It’s just another average work day at the Boston Police Department. Det. Jane Rizzoli is looking over some evidence with a co-worker when Dr. Maura Isles walks in with a group of texting schoolgirls. At the sight of the children, Jane utters what many a non-parent gay lady utters at the sight of children. “Oh, crap.”
It’s Maura’s annual career day where totally disinterested students who would rather be at TweenBeat magazine get dragged into the police station instead to learn about the glamorous world of law enforcement. The kids are, like, so over it until they hear a shooting is in progress. Then they perk up. See this is what happens when you let kids watch those violent television programs and listen to that demon rock and roll music.
The shooting was at Boston Cambridge University, Maura’s alma mater. On the way there, Jane and Maura have to stop to pick up Mama Rizzoli who is stranded by the side of the road. She starts complaining before the car door even opens and Maura gives Jane the “Oh, honey, you owe me big time for making me deal with your mother”-look.
Once at the college, they leave mama in the car and go to survey the scene. Gosh, I hope they cracked a window. Walking across campus, Jane says she feels out of place at universities because she only went to junior college. Wow, that is such excellent processing material for these two. I mean, this could be a whole week of long, torturous conversations about each other’s feelings on educational attainment, innate intelligence and social status. Maura reassures her right away.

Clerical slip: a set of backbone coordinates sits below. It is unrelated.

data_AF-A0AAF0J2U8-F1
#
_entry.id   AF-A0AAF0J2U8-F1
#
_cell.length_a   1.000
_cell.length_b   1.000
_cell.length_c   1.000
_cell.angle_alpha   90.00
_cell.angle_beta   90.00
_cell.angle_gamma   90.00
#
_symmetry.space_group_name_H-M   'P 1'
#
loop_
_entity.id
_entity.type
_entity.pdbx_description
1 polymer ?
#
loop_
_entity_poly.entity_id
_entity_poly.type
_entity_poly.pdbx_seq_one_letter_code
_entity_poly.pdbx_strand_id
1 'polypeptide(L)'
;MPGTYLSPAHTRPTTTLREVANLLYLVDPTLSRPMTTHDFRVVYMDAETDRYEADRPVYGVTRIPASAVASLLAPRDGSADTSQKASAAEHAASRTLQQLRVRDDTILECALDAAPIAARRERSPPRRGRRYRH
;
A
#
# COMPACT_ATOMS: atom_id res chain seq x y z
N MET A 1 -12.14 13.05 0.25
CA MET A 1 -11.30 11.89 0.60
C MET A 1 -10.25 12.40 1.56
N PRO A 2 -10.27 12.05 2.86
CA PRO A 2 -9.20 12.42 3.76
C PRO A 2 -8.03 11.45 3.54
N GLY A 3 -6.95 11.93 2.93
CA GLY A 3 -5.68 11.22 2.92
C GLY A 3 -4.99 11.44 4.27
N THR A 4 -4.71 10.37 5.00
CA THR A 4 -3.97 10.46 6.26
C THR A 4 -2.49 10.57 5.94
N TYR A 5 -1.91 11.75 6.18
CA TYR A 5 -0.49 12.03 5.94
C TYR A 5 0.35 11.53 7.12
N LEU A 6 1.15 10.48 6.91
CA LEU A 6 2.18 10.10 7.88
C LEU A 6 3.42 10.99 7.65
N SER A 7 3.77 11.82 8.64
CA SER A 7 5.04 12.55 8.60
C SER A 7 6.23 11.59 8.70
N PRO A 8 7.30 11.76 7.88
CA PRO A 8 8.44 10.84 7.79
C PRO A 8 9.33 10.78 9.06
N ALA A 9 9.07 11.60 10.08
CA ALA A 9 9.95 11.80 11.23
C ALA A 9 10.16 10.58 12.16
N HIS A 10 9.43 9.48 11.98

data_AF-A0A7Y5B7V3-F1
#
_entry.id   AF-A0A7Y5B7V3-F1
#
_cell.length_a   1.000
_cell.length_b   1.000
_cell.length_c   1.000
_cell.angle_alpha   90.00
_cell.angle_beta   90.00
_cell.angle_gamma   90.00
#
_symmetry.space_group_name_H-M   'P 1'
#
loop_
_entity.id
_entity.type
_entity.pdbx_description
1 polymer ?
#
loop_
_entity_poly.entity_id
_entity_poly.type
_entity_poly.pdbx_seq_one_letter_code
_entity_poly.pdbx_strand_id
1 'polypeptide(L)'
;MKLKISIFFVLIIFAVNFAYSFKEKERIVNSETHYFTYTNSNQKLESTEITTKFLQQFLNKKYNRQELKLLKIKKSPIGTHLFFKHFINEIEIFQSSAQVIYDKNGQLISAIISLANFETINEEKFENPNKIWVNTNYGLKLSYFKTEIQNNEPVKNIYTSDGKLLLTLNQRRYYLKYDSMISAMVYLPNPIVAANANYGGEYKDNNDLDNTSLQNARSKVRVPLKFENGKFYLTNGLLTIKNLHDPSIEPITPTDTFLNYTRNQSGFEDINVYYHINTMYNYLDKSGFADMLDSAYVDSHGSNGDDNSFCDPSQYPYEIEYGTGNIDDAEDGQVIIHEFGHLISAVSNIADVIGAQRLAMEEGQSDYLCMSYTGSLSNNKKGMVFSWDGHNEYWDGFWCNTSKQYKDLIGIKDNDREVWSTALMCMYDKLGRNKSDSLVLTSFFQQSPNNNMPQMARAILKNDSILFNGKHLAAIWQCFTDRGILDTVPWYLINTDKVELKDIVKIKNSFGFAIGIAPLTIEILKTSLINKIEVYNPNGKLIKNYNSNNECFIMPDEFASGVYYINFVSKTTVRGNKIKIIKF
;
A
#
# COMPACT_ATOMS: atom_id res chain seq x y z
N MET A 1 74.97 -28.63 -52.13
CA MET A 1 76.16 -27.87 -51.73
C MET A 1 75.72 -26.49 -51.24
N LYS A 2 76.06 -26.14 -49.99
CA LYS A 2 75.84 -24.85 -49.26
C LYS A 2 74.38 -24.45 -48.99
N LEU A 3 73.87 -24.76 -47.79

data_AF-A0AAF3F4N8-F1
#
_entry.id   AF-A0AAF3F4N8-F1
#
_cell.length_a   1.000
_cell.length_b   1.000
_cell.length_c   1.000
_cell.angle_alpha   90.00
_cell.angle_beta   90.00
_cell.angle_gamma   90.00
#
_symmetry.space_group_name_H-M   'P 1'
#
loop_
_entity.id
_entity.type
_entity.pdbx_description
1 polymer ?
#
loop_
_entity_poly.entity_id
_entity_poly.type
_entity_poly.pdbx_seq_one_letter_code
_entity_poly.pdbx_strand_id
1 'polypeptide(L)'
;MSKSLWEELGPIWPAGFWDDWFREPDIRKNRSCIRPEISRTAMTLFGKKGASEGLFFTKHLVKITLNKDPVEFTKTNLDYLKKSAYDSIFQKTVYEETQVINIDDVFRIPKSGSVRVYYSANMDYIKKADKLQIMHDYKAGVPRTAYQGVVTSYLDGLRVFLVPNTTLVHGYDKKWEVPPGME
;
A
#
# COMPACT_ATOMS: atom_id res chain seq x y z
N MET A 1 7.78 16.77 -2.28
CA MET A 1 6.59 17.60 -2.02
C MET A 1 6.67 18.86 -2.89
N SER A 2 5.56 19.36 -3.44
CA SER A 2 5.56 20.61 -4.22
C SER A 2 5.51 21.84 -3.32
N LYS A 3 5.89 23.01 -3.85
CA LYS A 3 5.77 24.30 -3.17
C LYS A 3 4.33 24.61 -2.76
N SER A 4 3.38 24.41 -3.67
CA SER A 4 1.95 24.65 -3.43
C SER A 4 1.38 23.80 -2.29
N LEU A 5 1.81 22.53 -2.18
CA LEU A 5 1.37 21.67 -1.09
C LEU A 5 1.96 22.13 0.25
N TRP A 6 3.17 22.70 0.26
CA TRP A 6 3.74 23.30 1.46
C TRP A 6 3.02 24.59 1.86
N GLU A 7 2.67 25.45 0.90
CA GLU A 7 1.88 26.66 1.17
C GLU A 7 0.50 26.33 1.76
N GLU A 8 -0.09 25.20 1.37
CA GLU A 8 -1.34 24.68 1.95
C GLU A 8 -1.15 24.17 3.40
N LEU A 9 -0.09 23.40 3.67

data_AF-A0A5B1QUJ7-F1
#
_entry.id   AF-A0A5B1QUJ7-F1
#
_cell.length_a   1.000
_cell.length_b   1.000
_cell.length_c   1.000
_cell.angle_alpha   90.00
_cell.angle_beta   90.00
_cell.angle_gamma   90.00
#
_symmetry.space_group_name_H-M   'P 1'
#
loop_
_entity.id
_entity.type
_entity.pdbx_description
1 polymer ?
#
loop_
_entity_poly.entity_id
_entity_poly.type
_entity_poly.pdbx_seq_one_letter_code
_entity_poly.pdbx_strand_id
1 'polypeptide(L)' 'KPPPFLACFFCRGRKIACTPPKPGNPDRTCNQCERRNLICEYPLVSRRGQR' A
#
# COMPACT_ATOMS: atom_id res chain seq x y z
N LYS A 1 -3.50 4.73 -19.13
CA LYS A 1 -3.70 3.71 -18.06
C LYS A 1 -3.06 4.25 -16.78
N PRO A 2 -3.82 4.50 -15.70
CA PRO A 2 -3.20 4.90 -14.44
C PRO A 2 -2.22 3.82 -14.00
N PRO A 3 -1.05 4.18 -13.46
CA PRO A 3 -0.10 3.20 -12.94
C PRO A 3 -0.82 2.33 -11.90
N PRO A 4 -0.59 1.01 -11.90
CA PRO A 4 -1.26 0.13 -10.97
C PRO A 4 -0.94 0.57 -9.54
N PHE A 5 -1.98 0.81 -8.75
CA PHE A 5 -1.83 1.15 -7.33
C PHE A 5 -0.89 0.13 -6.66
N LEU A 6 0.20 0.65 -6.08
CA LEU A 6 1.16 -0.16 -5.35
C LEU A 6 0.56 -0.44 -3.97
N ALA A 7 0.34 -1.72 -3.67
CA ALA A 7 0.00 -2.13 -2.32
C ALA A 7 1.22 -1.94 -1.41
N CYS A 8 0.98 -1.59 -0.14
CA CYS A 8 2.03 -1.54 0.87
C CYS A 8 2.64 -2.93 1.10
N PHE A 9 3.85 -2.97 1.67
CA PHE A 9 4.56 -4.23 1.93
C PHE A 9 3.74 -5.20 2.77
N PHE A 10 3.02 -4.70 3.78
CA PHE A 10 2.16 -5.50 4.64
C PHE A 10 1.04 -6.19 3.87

Maura: Jane, you know so much.
Jane: So why doesn’t it feel like enough.
At the scene a young woman has been killed and the campus cops are being useless. Mama Rizzoli sneaks out of the car to take a peek and is overcome with the senselessness of it all. So Jane escorts her away. Then the victim’s best friend runs to see her body and is overcome with the senselessness of it all. So Jane escorts her away. Are we sure Jane isn’t really with the fire department because she is putting out fires all over the place.
Also, is it terrible that even though Jane is comforting a bereaved young woman, I feel like all her hugs should be for Maura only?
In the girl’s dorm room, we learn she played soccer and studied a lot from the helpful RA – or resident assistant as Det. Frost too helpfully informs Jane. Uh oh, make that two weeks of processing on this topic now.